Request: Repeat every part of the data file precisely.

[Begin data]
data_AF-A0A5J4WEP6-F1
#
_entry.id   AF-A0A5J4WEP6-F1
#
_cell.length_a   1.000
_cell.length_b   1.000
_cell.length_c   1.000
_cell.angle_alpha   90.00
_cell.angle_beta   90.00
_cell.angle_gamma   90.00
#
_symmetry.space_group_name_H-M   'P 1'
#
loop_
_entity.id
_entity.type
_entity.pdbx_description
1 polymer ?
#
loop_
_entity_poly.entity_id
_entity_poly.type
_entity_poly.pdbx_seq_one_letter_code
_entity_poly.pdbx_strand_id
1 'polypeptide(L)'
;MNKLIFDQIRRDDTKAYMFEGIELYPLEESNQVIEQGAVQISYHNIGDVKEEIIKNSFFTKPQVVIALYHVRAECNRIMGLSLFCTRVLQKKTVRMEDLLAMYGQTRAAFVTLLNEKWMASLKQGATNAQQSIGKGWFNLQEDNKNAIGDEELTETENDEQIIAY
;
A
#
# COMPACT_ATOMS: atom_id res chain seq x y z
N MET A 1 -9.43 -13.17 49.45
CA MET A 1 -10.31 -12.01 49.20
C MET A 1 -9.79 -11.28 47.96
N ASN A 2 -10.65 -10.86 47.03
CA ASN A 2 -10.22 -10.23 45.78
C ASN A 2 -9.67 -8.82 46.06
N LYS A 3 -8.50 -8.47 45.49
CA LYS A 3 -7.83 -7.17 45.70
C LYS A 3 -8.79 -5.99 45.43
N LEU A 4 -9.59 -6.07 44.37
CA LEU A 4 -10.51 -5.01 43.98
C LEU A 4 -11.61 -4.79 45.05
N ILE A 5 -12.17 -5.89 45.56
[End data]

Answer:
data_AF-A0A5J4WEP6-F1
#
_entry.id   AF-A0A5J4WEP6-F1
#
_cell.length_a   1.000
_cell.length_b   1.000
_cell.length_c   1.000
_cell.angle_alpha   90.00
_cell.angle_beta   90.00
_cell.angle_gamma   90.00
#
_symmetry.space_group_name_H-M   'P 1'
#
loop_
_entity.id
_entity.type
_entity.pdbx_description
1 polymer ?
#
loop_
_entity_poly.entity_id
_entity_poly.type
_entity_poly.pdbx_seq_one_letter_code
_entity_poly.pdbx_strand_id
1 'polypeptide(L)'
;MNKLIFDQIRRDDTKAYMFEGIELYPLEESNQVIEQGAVQISYHNIGDVKEEIIKNSFFTKPQVVIALYHVRAECNRIMGLSLFCTRVLQKKTVRMEDLLAMYGQTRAAFVTLLNEKWMASLKQGATNAQQSIGKGWFNLQEDNKNAIGDEELTETENDEQIIAY
;
A
#
# COMPACT_ATOMS: atom_id res chain seq x y z
N MET A 1 -9.43 -13.17 49.45
CA MET A 1 -10.31 -12.01 49.20
C MET A 1 -9.79 -11.28 47.96
N ASN A 2 -10.65 -10.86 47.03
CA ASN A 2 -10.22 -10.23 45.78
C ASN A 2 -9.67 -8.82 46.06
N LYS A 3 -8.50 -8.47 45.49
CA LYS A 3 -7.83 -7.17 45.70
C LYS A 3 -8.79 -5.99 45.43
N LEU A 4 -9.59 -6.07 44.37
CA LEU A 4 -10.51 -5.01 43.98
C LEU A 4 -11.61 -4.79 45.05
N ILE A 5 -12.17 -5.89 45.56